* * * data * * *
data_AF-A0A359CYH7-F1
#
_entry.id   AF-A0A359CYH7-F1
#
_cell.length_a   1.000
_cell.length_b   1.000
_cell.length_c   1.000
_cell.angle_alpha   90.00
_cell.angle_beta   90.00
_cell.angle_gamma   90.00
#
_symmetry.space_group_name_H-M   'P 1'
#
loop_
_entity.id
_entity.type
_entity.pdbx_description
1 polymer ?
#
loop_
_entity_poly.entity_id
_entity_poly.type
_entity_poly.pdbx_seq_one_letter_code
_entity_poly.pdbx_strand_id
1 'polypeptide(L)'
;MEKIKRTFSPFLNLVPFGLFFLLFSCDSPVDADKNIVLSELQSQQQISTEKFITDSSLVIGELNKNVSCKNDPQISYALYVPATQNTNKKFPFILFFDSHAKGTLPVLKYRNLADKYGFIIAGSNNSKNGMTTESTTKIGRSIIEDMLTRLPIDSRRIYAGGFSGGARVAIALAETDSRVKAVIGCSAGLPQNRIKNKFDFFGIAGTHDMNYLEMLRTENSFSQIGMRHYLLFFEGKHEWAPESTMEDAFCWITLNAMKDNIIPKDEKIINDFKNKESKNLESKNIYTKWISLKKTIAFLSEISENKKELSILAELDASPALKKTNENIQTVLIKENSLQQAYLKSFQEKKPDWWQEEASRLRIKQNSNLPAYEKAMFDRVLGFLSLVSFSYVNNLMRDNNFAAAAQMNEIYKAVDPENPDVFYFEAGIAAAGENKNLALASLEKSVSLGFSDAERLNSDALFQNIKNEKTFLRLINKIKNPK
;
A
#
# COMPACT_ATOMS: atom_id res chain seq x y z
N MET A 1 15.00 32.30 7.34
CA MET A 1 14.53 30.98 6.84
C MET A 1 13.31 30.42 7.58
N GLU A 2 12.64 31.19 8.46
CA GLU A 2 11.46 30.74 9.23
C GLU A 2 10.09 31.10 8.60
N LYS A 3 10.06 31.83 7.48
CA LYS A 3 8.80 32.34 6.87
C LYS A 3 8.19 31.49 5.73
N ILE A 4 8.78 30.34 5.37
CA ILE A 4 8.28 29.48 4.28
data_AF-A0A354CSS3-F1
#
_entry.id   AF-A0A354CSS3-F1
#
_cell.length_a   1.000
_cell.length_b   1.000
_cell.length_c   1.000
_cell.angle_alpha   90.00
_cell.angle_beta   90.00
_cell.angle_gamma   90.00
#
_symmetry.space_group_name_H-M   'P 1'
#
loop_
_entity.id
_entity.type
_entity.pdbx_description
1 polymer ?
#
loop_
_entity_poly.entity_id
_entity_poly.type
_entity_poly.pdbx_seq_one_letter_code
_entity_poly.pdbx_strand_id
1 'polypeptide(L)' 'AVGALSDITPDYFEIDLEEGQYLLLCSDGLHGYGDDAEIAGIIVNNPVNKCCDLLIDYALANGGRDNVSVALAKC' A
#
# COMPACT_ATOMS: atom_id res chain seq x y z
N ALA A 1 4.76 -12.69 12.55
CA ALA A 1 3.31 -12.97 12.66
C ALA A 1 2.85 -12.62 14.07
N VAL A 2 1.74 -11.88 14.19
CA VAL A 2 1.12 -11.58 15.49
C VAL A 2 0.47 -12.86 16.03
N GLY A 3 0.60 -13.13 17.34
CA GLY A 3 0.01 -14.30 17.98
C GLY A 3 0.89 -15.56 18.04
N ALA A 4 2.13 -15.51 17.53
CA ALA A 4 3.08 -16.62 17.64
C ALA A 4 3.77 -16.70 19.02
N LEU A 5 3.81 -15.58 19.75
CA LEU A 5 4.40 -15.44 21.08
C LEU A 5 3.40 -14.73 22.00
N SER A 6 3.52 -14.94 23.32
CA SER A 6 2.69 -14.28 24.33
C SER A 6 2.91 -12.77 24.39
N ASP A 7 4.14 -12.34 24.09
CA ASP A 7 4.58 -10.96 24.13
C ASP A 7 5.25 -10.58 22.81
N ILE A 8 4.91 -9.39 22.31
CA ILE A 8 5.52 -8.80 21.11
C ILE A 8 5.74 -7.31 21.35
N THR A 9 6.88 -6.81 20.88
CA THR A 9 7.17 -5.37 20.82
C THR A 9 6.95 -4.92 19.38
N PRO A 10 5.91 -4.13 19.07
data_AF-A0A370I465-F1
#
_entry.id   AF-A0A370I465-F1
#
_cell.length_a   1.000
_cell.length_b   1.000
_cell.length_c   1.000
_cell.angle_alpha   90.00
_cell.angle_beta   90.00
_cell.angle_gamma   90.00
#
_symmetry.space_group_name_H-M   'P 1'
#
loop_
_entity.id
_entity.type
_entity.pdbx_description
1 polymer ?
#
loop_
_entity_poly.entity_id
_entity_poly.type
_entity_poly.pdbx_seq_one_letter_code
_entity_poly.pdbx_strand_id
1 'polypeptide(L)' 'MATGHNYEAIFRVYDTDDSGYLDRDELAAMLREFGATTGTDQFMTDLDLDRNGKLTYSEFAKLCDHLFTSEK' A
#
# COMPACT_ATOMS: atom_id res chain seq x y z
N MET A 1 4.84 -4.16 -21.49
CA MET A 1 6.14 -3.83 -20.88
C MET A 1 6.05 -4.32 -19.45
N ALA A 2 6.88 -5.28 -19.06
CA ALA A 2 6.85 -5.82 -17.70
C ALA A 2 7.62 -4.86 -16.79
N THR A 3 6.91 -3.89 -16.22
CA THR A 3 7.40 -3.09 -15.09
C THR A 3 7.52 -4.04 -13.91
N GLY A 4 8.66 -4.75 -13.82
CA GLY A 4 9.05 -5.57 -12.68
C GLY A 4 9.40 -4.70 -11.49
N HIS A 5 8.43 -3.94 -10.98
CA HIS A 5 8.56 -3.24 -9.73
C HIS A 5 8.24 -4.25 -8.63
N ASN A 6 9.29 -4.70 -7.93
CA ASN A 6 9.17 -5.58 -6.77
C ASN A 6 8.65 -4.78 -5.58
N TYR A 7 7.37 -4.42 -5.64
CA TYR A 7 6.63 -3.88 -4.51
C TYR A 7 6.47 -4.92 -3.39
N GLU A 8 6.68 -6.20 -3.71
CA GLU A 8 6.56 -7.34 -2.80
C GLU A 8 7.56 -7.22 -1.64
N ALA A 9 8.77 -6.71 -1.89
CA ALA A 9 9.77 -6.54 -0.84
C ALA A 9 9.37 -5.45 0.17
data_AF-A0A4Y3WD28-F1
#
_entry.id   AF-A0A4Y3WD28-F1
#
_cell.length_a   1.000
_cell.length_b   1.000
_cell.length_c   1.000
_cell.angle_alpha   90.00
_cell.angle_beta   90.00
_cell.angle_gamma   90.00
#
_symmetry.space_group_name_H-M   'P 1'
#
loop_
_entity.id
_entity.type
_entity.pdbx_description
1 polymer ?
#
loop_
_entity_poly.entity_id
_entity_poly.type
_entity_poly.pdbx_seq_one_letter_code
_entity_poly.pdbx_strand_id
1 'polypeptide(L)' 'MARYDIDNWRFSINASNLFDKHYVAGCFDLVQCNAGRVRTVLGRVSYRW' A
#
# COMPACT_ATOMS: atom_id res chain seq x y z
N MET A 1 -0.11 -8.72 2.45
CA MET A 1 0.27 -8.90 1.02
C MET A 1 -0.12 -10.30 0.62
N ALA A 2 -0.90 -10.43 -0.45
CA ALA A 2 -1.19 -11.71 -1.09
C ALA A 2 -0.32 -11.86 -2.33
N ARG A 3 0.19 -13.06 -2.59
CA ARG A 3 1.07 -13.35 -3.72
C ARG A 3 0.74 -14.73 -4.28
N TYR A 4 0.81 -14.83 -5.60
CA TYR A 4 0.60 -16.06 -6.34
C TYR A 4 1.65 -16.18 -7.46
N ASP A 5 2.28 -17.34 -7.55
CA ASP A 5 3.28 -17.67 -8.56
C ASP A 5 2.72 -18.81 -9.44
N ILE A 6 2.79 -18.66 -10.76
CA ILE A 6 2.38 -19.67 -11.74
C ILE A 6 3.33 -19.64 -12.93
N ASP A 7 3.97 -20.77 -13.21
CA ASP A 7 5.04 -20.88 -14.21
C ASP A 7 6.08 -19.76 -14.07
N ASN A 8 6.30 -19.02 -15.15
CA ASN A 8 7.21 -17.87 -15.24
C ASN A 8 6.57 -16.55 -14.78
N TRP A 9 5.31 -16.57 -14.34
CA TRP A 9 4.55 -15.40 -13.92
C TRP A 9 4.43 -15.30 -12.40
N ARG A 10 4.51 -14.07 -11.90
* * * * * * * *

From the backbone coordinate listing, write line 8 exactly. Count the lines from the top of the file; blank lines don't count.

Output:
_cell.angle_alpha   90.00